As far as the comment directly above, the South Bends are not capable of on-the-fly lead screw reversing. The spindle has to be stopped to change gears or shift tumblers. The older (pre-1950s) single tumbler gearboxes *do* have the handy advantage of being able to switch between low, medium and high feeds on the fly (in the middle of a cut even) because those selections are made with slow-turning interlocking dogs rather than gears, but that is the only gearing selection that can be changed while running. Newer models (dual tumbler gearboxes) don't have this. Not advisable to do it when the sliding gear is set for threading, since the gear train runs 8 times faster in that configuration. Though I don't know why you would if you're threading.

    Most South Bends do have threaded spindles, but some have cam-locks or (rarely) keyed tapers.

    Mind you my experience is with a larger underneath motor drive 13" - not 100% familiar with the ins and outs of the smaller 9" and 10" benchtop lathes, so grain of salt.

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    Quote Originally Posted by jim rozen View Post
    Honestly this has all the hallmarks of a Snipe Hunt. Desired: perfect lathe, installed in my shop, for very little money. If you turn down a schaublin like that then nothing's gonna satisfy. Yep, the teeny tiny mini lathe is probably the way to go.
    Agree 100%. New poster. They get way more attention on this forum than they should. All the info is out there already with some searching, time, education, etc. It's called 'getting up to speed'.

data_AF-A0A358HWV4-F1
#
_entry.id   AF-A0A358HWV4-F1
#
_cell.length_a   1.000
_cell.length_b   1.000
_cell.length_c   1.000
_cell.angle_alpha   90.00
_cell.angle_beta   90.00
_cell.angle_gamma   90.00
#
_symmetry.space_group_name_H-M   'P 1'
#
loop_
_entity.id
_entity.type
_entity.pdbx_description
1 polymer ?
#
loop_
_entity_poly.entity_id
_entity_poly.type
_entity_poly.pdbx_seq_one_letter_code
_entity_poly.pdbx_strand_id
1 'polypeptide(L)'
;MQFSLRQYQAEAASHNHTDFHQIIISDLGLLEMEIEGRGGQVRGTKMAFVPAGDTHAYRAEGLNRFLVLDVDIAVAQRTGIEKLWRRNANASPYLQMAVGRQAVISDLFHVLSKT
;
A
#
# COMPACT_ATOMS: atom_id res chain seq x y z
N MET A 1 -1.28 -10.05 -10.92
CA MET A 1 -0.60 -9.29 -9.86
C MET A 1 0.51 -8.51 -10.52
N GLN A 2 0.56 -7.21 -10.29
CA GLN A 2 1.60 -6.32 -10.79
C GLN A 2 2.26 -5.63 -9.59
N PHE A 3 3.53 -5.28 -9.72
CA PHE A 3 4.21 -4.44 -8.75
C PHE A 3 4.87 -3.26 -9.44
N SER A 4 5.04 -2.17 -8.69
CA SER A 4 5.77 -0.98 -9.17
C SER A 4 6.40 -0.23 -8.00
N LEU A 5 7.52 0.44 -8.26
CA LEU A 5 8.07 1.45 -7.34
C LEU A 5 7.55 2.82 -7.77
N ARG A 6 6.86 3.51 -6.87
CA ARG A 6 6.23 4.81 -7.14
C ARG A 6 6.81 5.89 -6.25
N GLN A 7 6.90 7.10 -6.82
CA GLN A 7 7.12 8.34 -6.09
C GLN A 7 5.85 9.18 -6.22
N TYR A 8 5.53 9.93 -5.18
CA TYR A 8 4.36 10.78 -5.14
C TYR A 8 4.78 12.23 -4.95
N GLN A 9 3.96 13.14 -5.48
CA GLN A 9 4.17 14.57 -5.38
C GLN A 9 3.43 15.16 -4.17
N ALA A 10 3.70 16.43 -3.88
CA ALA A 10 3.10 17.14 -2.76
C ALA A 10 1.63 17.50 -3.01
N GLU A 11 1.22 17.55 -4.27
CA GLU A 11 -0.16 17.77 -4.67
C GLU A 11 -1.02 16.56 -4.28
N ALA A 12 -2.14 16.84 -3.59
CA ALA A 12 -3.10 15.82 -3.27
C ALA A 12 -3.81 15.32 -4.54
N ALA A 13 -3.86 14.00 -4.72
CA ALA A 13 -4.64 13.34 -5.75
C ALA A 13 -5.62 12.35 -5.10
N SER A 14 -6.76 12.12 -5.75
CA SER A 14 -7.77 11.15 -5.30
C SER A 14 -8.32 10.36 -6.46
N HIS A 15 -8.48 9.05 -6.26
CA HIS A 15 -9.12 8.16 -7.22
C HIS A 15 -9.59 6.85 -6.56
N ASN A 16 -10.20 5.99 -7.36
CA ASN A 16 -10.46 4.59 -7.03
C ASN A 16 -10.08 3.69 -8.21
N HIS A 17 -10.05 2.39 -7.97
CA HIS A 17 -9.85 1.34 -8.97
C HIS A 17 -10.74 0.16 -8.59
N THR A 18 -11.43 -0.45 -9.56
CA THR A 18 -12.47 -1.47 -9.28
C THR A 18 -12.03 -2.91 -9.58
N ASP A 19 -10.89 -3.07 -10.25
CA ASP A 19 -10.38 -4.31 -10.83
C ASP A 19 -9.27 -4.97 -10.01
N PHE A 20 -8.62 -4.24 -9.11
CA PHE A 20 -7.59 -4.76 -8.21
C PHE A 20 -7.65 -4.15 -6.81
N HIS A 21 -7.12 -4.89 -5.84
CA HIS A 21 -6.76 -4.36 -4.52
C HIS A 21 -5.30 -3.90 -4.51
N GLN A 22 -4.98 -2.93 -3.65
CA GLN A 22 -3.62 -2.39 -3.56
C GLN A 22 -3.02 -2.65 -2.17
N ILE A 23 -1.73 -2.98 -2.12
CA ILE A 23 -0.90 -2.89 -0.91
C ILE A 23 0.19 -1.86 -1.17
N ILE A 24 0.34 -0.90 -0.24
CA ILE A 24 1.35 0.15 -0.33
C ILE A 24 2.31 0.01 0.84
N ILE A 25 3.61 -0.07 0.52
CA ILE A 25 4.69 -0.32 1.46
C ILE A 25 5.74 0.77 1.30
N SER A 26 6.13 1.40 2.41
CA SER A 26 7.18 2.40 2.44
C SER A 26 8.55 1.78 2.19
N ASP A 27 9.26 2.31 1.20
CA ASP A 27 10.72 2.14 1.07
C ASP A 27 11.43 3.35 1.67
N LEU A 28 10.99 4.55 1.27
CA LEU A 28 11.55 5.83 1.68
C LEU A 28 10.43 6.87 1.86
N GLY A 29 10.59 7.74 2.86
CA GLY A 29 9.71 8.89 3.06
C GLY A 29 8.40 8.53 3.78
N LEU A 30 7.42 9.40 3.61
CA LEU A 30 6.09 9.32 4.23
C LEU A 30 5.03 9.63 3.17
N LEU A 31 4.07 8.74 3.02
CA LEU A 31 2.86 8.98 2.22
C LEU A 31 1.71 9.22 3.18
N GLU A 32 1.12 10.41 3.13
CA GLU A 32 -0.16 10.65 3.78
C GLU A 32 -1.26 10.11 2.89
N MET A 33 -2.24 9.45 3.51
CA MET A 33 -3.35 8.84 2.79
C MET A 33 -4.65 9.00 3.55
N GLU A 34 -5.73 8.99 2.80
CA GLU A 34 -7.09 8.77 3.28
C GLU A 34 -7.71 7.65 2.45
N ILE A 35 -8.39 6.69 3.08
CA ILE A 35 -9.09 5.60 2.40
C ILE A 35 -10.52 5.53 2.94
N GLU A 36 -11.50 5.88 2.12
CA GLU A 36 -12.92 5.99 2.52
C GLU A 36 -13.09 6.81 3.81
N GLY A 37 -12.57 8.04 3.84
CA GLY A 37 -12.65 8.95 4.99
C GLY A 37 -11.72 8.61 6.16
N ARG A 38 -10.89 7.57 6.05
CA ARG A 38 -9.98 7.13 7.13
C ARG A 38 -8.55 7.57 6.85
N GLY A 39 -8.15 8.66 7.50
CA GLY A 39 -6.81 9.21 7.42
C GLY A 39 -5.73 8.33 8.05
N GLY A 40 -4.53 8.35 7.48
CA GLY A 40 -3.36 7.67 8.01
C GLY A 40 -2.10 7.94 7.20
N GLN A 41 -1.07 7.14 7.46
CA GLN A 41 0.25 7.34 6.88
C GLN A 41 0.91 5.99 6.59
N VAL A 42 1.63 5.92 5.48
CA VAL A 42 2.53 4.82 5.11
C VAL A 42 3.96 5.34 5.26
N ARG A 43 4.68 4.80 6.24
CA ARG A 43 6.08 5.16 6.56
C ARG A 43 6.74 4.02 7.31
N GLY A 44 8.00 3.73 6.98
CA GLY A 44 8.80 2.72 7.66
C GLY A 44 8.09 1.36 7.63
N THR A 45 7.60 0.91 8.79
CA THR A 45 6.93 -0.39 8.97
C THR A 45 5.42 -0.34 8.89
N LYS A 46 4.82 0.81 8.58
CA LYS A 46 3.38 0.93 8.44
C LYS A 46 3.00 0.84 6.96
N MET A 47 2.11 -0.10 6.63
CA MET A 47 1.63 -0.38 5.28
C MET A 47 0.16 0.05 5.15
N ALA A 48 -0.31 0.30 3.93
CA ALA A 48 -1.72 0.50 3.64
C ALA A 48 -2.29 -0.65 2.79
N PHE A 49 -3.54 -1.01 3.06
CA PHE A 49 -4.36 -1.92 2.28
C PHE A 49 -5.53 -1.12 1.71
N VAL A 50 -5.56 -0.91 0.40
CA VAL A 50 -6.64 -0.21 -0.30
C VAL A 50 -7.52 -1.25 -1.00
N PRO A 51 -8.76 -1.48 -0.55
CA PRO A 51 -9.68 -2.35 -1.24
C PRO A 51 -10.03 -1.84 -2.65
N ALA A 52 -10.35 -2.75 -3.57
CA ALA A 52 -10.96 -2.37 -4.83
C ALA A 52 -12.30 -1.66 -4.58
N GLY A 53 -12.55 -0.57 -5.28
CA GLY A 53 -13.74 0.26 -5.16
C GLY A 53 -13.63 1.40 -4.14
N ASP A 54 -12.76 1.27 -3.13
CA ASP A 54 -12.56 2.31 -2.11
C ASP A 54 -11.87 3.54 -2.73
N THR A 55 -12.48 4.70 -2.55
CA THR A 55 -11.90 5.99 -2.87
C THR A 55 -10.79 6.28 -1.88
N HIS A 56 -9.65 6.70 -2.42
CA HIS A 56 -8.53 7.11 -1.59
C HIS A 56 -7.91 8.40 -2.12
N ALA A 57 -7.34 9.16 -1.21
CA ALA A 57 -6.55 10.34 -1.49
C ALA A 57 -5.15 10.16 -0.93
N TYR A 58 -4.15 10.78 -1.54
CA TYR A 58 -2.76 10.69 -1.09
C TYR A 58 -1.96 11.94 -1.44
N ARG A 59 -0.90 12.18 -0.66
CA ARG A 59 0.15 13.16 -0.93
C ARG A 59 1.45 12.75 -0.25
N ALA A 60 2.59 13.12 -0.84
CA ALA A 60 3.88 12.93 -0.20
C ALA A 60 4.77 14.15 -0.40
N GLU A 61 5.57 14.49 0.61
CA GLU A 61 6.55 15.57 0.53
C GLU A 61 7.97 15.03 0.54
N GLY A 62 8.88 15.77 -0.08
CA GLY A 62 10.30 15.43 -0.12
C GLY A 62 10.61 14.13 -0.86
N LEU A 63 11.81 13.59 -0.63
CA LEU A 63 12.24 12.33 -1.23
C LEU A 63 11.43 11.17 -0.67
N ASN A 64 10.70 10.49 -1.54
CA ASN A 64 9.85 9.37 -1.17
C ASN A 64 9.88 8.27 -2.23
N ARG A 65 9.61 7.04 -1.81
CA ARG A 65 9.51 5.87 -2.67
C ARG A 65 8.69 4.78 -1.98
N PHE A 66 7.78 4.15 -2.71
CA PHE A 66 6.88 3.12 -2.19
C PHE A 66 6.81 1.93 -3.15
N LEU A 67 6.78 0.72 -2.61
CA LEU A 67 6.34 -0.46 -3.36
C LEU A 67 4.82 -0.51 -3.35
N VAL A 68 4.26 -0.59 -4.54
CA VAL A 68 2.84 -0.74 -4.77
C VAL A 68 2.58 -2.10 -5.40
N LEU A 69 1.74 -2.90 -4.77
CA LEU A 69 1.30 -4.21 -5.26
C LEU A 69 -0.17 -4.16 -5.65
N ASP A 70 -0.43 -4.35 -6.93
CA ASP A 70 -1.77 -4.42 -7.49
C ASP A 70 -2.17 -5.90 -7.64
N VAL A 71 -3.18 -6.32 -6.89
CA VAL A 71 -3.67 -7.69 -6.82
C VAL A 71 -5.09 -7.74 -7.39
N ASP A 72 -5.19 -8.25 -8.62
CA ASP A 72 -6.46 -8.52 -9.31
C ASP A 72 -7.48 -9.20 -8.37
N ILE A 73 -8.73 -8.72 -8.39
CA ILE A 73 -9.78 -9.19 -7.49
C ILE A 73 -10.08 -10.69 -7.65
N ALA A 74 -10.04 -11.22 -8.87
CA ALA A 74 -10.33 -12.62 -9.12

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    Quote Originally Posted by Just a Sparky View Post

    As far as the comment directly above, the South Bends are not capable of on-the-fly lead screw reversing. ...
    Well they are - maybe once or twice. After that you need to learn how to cut gears, and buy a milling machine, and a dividing head, and involute cutters....

    All things being equal a new machinist should do that (whang the reversing tumbler gears hard over under power) just for the learning that comes from the boo-boo.

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    Quote Originally Posted by dalmatiangirl61 View Post
    But can it be reversed without stopping the motor? Don't you have to stop motor to reverse the tumbler? And pretty sure you need to stop motor before reversing it? And doesn't the SB have a threaded spindle? Seems instant reverse of spindle would thread it off. My understanding is the OP was asking about reversing feed without stopping the motor. Very little time on SB's myself, maybe it has features I'm not aware of?
    No, they have to be stopped in order to reverse things. IMHO that is good practice anyways. For example when doing metric threads, I'll have the lead screw and spindle in normal rotation, and just use the switch at the end of the thread to back the cutter to the start, not opening the half nuts.